5nm only a few years away, say IBM Research scientists
In a short introduction video, Nicolas Loubet, in charge of advanced epitaxy and sub-7nm device integration at IBM research explains that resulting increase in performance will help accelerate cognitive computing, the Internet of Things (IoT), and other data-intensive applications delivered in the cloud. The power savings could also mean that the batteries in smartphones and other mobile products could last two to three times longer than today’s devices, before needing to be charged.
Scientists working as part of the IBM-led Research Alliance at the SUNY Polytechnic Institute Colleges of Nanoscale Science and Engineering’s NanoTech Complex in Albany, NY achieved the breakthrough by using stacks of silicon nanosheets as the device structure of the transistor, instead of the standard FinFET architecture, which is the blueprint for the semiconductor industry up through 7nm node technology.
The silicon nanosheet transistor demonstration, as detailed in the Research Alliance paper “Stacked Nanosheet Gate-All-Around Transistor to Enable Scaling Beyond FinFET”, and published by VLSI, proves that 5nm chips are possible, more powerful, and not too far off in the future.
Compared to the leading edge 10nm technology available in the market, a nanosheet-based 5nm technology can deliver 40 percent performance enhancement at fixed power, or 75 percent power savings at matched performance.
“This announcement is the latest example of the world-class research that continues to emerge from our ground-breaking public-private partnership in New York,” said Gary Patton, CTO and Head of Worldwide R&D at Globalfoundries. “As we make progress toward commercializing 7nm in 2018 at our Fab 8 manufacturing facility, we are actively pursuing next-generation technologies at 5nm and beyond to maintain technology leadership and enable our customers to produce a smaller, faster, and more cost efficient generation of semiconductors.”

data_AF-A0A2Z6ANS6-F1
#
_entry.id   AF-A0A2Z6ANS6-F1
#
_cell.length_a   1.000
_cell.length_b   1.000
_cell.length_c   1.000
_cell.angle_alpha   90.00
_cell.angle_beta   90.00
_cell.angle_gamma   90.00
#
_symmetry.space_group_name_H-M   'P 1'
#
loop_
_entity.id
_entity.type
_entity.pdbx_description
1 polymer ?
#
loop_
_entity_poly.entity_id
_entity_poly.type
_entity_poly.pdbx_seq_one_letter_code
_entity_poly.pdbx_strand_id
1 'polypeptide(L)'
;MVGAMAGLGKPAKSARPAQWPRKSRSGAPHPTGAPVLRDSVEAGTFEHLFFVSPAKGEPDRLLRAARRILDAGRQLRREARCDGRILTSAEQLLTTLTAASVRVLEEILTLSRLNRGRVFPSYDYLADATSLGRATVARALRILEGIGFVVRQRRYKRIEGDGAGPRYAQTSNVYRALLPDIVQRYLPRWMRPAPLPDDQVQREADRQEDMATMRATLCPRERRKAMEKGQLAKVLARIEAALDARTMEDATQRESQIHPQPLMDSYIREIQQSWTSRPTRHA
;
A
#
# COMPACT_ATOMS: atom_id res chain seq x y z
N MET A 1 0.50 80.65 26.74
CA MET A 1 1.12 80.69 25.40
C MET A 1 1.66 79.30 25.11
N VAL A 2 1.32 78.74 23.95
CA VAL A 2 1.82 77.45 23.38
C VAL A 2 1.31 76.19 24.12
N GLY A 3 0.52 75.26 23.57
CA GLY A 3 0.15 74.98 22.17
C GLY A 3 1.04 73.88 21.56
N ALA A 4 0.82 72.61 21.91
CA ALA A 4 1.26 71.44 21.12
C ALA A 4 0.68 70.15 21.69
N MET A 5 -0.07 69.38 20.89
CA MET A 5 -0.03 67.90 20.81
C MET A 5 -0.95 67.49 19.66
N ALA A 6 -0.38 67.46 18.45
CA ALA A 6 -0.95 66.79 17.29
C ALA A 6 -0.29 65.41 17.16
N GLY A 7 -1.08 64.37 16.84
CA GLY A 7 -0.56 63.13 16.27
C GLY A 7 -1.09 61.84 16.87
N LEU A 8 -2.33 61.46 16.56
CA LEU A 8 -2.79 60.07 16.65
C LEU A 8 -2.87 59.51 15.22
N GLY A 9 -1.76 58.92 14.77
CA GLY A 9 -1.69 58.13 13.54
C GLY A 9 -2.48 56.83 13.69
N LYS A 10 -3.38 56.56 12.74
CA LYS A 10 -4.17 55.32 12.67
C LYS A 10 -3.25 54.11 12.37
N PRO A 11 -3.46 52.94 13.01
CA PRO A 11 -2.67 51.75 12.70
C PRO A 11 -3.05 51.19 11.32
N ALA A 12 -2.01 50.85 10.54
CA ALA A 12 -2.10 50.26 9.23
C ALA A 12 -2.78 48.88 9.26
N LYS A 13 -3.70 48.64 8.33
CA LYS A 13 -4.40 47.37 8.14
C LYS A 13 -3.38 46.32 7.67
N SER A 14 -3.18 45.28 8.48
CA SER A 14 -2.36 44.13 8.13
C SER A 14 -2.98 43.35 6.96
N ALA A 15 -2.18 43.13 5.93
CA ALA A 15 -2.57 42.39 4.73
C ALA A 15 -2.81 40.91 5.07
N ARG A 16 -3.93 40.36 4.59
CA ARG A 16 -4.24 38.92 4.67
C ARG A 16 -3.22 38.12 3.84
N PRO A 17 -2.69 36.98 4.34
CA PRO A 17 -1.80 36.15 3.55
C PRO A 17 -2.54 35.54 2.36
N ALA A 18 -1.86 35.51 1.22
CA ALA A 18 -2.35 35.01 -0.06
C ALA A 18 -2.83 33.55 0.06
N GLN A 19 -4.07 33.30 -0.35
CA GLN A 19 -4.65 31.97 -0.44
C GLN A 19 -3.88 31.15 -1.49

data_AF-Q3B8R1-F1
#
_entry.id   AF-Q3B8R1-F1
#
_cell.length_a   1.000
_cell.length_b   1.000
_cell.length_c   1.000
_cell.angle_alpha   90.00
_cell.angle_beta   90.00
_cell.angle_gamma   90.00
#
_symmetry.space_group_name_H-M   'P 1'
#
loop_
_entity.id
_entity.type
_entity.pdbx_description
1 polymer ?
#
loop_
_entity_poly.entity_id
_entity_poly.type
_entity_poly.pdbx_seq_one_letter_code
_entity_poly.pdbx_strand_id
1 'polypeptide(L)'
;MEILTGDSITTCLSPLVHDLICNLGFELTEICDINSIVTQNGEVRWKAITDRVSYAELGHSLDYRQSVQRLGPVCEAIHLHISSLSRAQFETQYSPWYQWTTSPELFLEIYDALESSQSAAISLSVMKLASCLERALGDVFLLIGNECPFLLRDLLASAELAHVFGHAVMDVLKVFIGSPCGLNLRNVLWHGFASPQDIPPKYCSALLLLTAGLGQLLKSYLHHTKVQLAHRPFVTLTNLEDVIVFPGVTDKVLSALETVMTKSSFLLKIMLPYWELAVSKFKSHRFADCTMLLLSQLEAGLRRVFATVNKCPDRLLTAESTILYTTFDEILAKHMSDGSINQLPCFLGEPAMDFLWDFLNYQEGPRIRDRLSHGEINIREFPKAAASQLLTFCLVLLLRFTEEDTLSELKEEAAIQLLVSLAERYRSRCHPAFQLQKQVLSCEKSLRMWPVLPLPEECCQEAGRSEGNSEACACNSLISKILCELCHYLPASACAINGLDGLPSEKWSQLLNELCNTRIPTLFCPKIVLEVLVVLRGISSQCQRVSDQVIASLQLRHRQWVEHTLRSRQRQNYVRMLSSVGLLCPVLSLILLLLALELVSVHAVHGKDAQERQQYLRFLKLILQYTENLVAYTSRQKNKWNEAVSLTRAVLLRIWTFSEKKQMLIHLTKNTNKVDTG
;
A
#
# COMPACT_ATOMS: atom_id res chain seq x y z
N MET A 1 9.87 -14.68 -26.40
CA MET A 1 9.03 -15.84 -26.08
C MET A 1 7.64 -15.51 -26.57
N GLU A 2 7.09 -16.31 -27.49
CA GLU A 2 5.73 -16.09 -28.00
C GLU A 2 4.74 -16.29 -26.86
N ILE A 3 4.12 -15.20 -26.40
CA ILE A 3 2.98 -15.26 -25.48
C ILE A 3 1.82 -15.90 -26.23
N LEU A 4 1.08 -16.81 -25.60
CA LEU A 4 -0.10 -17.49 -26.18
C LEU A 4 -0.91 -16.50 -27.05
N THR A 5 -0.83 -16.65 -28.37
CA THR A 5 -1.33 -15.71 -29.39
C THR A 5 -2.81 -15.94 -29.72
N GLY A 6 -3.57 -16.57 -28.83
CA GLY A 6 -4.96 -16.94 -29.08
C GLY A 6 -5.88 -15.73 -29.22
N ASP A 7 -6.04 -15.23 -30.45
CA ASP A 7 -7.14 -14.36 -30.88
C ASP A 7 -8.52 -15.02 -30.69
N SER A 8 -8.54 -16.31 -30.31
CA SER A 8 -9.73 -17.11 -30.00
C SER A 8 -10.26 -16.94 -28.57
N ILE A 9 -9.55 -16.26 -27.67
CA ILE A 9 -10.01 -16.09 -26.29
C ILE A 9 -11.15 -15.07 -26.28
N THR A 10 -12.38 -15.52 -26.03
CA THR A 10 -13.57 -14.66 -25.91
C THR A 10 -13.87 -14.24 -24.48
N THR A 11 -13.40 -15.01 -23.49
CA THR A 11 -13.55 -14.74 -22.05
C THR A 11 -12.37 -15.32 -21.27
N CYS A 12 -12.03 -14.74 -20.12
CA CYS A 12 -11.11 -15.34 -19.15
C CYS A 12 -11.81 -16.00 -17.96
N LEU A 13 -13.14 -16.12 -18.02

IBM Research has explored nanosheet semiconductor technology for more than 10 years. This work is the first in the industry to demonstrate the feasibility to design and fabricate stacked nanosheet devices with electrical properties superior to FinFET architecture.
This same Extreme Ultraviolet (EUV) lithography approach used to produce the 7nm test node and its 20 billion transistors was applied to the nanosheet transistor architecture. Using EUV lithography, the width of the nanosheets can be adjusted continuously, all within a single manufacturing process or chip design.
This adjustability permits the fine-tuning of performance and power for specific circuits – something not possible with today’s FinFET transistor architecture production, which is limited by its current-carrying fin height. Therefore, while FinFET chips can scale to 5nm, simply reducing the amount of space between fins does not provide increased current flow for additional performance.
Also talking in a short video, Huiming Bu, Director of Si Integration and Device at IBM Research said that the actual manufacture of 5nm devices could happen within the next few years.
“Today’s announcement continues the public-private model collaboration with IBM that is energizing SUNY-Polytechnic’s, Albany’s, and New York State’s leadership and innovation in developing next generation technologies,” said Dr. Bahgat Sammakia, Interim President, SUNY Polytechnic Institute. “We believe that enabling the first 5nm transistor is a significant milestone for the entire semiconductor industry as we continue to push beyond the limitations of our current capabilities.”
Part of IBM’s $3 billion, five-year investment in chip R&D (announced in 2014), the proof of nanosheet architecture scaling to a 5nm node continues IBM’s legacy of historic contributions to silicon and semiconductor innovation.
IBM Research – www.ibm.com/research